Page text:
I recently bought "Perfect Girls, Starving Daughters: The Frightening New Normalcy of Hating Your Body" by Courtney E. Martin. I don't know if the Houston Public Library got rid of it, or if it was stolen - I'm just really jazzed about the fact that I picked it up at Powell's for only five dollars.
Some of the topics include: perfectionism and how it relates to eating disorders; how our relationship with our mother and father affects our body image; sex and attraction; the media and popular culture; diets, plastic surgery and extreme makeovers; the "obesity epidemic"; athletic obsession in middle-school, high-school, and college; eating disorders on college campuses; post-college disappointment; spirituality; and more.
There were a lot of things that I really loved about this book, which is why I decided to write my first-ever book review. Don't worry, I'm not planning on quitting my day job.
It was really refreshing to find a book about the 20-something generation's obsession with food, fitness, thinness, and perfection. I thoroughly enjoyed reading a younger woman's perspective about eating disorders. The book was written using conversational and easy-to-understand language. It never felt too dense to comprehend and enjoy. Throughout PGSD, Martin weaves in anecdotes from her own life, as well as from girls and women she interviewed for the book. I felt that these stories and conversations make the epidemic of eating disorders and self-hatred feel more personal.
PGSD is a great tool in understanding the pressure that American women face to be "effortlessly perfect." Martin highlights the extreme link between perfectionism and how it leads to eating disorders and negative body image, declaring: "Our bodies are the places where our drive for perfection gets played out." One of the most important reoccurring themes in PGSD is also included in the title - the frightening normalcy of hating your body. Martin exposes many different aspects of mainstream media and American culture that encourage women to hate their bodies, to never be content or satisfied with how they look.
Although I really enjoyed PGSD, there were some things that could have been better. Martin's lens is that of a White, well-educated, privileged, middle-class, heterosexual young woman. This is evidenced not only by her personal anecdotes, but also by some of her perspectives. Chapter Seven is titled "What Men Want: The Truth About Attraction, Porn, and the Pursuit." This chapter touches briefly on the pressures that men face, and how this causes negative body image and eating disorders in men. However, it really focuses on what men find attractive in women. Sure, there are some "sweet" quotes about how men really value a good sense of humor and confidence - but even these still reinforce the pervasive idea that a woman's worth lies in whether or not a man will find her attractive. My biggest complaint with Chapter Seven is the heterosexism displayed; it is written for a straight, female audience.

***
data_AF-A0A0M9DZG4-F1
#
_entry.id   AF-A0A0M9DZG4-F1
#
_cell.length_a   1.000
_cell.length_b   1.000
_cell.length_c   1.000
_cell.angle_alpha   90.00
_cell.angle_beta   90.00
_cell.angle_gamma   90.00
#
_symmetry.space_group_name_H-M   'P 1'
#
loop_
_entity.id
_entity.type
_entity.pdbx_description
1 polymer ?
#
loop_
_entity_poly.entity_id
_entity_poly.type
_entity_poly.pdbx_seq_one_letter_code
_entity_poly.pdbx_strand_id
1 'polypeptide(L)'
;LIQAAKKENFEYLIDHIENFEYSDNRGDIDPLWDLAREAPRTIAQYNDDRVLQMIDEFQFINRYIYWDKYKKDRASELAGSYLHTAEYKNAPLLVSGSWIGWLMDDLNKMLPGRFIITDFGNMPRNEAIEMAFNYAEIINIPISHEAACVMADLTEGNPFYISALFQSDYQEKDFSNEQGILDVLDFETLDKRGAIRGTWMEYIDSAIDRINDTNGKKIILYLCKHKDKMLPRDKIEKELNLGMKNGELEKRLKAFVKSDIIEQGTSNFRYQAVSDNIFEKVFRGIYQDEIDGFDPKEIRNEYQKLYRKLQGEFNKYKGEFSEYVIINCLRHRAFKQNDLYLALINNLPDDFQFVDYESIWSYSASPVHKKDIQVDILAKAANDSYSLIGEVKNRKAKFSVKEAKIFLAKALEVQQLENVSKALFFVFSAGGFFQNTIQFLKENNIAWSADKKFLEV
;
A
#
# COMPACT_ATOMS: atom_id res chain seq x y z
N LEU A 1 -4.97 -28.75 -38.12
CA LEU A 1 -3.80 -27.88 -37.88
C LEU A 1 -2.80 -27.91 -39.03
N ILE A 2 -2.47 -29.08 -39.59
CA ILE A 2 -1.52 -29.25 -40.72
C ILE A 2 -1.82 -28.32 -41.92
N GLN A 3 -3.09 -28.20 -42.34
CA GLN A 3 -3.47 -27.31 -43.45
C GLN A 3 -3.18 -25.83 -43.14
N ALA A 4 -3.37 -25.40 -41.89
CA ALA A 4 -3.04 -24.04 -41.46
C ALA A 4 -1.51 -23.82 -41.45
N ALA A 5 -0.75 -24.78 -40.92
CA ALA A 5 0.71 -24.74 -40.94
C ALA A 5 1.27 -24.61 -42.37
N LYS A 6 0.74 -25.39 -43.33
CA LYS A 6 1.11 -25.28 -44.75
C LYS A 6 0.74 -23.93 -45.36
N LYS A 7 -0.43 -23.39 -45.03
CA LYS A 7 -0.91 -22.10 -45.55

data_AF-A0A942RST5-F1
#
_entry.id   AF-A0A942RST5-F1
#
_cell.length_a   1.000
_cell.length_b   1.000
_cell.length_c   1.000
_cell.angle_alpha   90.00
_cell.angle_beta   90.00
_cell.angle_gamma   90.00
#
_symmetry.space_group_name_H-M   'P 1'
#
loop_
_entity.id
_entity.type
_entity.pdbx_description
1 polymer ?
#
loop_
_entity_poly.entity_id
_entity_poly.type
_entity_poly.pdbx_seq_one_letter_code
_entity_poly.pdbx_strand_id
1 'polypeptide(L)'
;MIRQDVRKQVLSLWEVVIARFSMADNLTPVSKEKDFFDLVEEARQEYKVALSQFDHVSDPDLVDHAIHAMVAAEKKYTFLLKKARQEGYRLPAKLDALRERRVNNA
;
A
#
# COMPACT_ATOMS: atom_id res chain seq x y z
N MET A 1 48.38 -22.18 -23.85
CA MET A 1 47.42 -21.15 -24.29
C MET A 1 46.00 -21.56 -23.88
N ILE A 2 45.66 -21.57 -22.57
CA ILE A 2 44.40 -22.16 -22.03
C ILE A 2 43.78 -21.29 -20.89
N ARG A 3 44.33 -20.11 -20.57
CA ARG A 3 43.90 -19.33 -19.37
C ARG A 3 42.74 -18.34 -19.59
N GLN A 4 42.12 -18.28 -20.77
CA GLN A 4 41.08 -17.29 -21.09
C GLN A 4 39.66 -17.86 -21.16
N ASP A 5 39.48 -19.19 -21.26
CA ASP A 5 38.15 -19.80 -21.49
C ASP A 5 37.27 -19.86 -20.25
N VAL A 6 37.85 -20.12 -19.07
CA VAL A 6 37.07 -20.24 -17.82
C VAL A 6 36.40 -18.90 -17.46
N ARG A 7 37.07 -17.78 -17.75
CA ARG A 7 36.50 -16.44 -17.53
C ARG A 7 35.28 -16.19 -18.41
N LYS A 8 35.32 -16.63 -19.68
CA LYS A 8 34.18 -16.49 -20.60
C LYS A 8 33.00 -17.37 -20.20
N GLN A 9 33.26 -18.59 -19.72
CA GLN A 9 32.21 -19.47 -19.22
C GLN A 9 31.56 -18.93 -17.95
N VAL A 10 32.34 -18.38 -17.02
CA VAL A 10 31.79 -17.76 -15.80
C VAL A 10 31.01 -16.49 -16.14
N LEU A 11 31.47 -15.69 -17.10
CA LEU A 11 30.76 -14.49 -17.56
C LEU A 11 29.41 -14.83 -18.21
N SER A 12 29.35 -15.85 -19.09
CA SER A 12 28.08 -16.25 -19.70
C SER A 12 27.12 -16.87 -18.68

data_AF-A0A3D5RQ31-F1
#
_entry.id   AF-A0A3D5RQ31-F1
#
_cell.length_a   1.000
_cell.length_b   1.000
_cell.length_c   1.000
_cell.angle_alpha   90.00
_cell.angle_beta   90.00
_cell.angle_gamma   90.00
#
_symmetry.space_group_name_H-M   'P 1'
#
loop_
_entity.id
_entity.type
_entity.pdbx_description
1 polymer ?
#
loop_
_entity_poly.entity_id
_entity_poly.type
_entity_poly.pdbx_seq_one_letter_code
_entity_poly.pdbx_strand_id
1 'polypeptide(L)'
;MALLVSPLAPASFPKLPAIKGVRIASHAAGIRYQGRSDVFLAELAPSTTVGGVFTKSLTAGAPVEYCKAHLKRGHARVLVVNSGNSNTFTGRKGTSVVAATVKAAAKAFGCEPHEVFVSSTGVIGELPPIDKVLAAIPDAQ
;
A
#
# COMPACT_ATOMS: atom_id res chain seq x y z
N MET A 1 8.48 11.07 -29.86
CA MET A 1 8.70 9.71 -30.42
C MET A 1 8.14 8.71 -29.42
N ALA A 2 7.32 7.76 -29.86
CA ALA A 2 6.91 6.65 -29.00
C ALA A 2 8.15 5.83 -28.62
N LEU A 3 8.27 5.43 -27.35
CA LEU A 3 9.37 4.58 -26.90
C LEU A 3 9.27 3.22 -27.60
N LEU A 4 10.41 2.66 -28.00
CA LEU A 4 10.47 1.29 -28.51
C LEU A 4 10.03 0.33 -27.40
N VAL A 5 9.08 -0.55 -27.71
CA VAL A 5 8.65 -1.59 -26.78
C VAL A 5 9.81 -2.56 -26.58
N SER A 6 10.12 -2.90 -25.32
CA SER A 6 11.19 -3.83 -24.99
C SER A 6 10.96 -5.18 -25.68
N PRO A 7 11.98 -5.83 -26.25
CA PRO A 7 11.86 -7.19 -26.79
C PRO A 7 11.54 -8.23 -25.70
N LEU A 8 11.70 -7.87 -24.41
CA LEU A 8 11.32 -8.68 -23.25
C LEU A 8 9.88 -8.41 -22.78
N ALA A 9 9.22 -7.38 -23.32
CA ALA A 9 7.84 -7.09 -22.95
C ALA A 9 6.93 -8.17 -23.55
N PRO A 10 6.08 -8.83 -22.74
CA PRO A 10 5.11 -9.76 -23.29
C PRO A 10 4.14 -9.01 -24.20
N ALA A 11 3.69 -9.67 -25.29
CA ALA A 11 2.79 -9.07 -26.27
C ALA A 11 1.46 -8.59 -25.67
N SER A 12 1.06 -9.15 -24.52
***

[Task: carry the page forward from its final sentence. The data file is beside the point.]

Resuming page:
PGSD can definitely be triggering for those who have experience disordered eating or negative body image; be sure to practice self-care while reading it.
Overall, I thought that "Perfect Girls, Starving Daughters" was a fantastic book. It offered a fresh, new perspective on perfectionism, negative body-image and eating disorders. Throughout the book, there were some real gems in the forms of quotes and thought-provoking questions. Martin advises in her conclusion that "We must raise our consciousness through raw conversation. We must talk about how bad it really is in order to get better. We must admit we are not invincible."